Deere & Company is operating in three business segments: agriculture & turf, construction & forestry, and financial services. The company has generated record growth each year over the past five years. Its revenue growth is high at 13.3% on average over the past three years, and net income growth is even higher at 23.8%. Its agriculture & turf business produced record growth in the past years, but growth remains slow this year due to lower crop prices, which results in low demand for equipment. The company is expecting a 7% decrease in sales of agricultural equipment. However, its construction and forestry business is expected to maintain momentum, which is likely to generate 10% growth for 2014. Finally, its financial services business is expected to grow with the growth in the credit portfolio. Overall, DE is likely to post the second-highest earnings in its history, of around $3.3 billion.
Which is The Better Investment?
Rev Growth (3-Yr. Avg.)
Net Income Growth (3-Yr. Avg.)
Both companies have shown strong growth in sales of equipment. Improvement in the economic environment clearly reflects in their top line growth.
CAT has been gaining momentum in its construction and energy & transportation businesses; however, its resource industries business is putting pressure on growth momentum. At the end of the recent quarter, this segment has declined 37%, and is expected to decline 20% in the full year. Commodity prices are stabilizing, but I am not expecting a drastic change in prices in the short term. Therefore, this segment will keep hurting CAT's financial position. We have seen many other companies spin off their less-successful businesses into separate companies, which resulted in strong profitability for the remaining company. I think CAT should focus on this option to reduce pressure from other segments' performance.
However, even with the depressed resource industries business, the company is likely to post better results compared to last year. On the other hand, CAT's cash-generating potential is very strong. The company's free cash flow is four times higher than its dividend payments. In the past full year, it had generated $5.7 billion in free cash flows, when dividend payments were at only $1.1 billion. This huge gap allowed it to make a dividend increase, and further allowed it to work on massive buybacks. In the past four quarters, it has repurchased around $3.7 billion of stock, and at the start of this year, CAT announced $10 billion of the buyback program after the competition of $7.5 billion of buybacks. I believe buybacks will provide more room for dividend increases, and enhance its earnings per share. I think CAT has sufficient room for another dividend increase.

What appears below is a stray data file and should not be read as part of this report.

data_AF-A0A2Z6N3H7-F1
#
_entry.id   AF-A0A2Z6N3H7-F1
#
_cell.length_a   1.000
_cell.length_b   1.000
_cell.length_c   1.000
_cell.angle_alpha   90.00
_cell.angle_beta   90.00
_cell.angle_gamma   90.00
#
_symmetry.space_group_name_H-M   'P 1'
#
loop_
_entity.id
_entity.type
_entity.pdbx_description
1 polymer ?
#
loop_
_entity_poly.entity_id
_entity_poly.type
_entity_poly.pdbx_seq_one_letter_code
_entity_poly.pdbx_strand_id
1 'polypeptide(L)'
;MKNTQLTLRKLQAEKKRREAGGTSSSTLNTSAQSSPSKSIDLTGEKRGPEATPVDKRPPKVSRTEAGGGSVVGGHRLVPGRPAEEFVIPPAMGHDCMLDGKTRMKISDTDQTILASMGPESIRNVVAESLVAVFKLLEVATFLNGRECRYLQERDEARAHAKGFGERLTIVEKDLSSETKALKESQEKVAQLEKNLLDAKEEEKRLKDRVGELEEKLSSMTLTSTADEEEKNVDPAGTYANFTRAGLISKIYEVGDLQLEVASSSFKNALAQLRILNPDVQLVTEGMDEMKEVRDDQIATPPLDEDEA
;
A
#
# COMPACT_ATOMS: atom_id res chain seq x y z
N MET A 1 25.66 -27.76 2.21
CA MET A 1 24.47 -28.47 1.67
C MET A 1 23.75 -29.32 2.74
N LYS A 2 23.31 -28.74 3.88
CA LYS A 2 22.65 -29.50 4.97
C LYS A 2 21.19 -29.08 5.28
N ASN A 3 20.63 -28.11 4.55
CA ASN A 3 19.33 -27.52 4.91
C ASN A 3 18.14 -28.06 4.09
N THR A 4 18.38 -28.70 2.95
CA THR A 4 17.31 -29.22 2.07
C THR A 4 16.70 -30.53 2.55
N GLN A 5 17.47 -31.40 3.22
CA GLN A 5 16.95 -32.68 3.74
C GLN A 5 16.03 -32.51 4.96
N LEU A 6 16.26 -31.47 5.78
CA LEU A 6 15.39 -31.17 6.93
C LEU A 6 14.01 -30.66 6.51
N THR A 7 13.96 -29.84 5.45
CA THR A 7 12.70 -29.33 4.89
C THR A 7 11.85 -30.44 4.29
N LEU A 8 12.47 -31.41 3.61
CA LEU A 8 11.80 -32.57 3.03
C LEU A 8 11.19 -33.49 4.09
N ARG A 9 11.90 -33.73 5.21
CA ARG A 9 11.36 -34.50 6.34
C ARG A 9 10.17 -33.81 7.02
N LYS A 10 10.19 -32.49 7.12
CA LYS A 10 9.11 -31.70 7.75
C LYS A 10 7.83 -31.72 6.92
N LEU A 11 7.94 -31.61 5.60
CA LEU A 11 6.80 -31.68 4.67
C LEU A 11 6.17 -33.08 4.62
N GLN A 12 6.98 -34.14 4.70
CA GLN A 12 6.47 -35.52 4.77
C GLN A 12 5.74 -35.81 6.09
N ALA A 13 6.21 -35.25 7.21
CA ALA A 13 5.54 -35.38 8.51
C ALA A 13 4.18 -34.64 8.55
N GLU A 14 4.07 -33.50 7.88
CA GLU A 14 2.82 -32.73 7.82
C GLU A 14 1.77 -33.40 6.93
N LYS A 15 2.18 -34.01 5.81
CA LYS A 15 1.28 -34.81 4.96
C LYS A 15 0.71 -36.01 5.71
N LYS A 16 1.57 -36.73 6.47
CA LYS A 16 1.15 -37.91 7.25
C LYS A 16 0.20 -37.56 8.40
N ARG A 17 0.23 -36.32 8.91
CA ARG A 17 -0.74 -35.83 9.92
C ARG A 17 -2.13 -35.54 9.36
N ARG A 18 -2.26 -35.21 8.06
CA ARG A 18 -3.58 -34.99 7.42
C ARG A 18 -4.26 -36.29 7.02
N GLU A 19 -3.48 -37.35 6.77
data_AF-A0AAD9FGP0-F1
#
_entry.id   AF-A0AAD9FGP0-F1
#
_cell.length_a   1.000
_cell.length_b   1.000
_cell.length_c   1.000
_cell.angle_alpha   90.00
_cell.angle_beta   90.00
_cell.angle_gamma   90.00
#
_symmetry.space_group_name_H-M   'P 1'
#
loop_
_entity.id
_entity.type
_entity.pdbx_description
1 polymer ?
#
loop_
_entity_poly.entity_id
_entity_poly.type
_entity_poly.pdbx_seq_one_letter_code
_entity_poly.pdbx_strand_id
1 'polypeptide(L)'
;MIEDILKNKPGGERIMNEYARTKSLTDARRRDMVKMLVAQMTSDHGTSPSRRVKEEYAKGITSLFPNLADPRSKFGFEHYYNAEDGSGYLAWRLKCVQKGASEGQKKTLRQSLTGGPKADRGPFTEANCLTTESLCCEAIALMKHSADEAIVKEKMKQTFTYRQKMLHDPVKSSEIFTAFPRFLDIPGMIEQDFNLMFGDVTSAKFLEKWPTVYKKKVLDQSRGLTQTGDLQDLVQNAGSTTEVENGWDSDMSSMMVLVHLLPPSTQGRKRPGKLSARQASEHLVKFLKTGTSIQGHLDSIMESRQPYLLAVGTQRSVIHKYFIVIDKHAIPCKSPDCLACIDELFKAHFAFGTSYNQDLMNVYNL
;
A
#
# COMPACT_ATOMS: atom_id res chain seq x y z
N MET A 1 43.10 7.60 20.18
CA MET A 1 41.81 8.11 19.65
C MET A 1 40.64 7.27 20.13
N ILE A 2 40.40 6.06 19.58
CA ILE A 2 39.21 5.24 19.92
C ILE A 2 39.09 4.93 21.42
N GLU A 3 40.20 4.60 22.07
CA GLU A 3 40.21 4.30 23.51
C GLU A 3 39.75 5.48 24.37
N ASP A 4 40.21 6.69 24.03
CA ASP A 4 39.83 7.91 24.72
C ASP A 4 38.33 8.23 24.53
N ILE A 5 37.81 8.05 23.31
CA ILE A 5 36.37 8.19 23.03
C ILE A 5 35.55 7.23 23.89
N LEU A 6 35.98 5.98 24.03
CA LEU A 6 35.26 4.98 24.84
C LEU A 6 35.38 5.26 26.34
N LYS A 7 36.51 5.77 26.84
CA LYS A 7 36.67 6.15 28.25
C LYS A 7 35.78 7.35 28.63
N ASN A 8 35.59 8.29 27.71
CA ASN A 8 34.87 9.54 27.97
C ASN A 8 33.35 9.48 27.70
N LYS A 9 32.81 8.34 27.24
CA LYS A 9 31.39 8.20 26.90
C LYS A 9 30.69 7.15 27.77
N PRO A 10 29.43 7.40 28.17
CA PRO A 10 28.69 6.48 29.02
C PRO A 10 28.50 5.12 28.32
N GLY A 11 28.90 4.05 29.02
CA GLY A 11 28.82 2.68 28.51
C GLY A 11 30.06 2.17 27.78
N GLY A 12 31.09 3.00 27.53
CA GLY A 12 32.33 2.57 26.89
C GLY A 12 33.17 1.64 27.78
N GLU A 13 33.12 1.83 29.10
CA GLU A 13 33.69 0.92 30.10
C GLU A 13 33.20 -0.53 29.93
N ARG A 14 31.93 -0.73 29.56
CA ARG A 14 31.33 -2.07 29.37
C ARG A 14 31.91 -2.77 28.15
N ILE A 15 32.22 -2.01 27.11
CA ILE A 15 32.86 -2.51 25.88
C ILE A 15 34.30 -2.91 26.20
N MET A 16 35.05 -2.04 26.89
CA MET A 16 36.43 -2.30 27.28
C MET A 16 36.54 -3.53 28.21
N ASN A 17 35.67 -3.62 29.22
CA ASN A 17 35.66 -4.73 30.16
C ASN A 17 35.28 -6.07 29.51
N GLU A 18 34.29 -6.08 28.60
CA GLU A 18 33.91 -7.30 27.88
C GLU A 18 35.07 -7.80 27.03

On the other hand, DE has had generated record growth each year over the past few years. Its three segments have contributed to that growth. However, due to lower crop prices, demand for equipments decreased, which is impacting this year's growth. Nevertheless, DE is still expecting to post the second-highest income of around $3.3 billion this year. Due to the strong growth in top and bottom line, DE's cash flows are also strong, but its free cash flows are not as strong as CAT's. In the latest quarter, its free cash flows were negative, which I think will hinder its dividend growth. Historically, every year, DE has made significant increases in dividends, but due to negative cash flow growth, DE continued with its quarterly dividend of $0.51 per share for the fifth successive quarter.
Caterpillar looks expensive compared to Deere at current valuations. CAT's profitability has been impacted by mining sector slowdown, but still it is generating strong profits and massive cash flows. I think holding both stocks and buying CAT on market correction could be a good idea.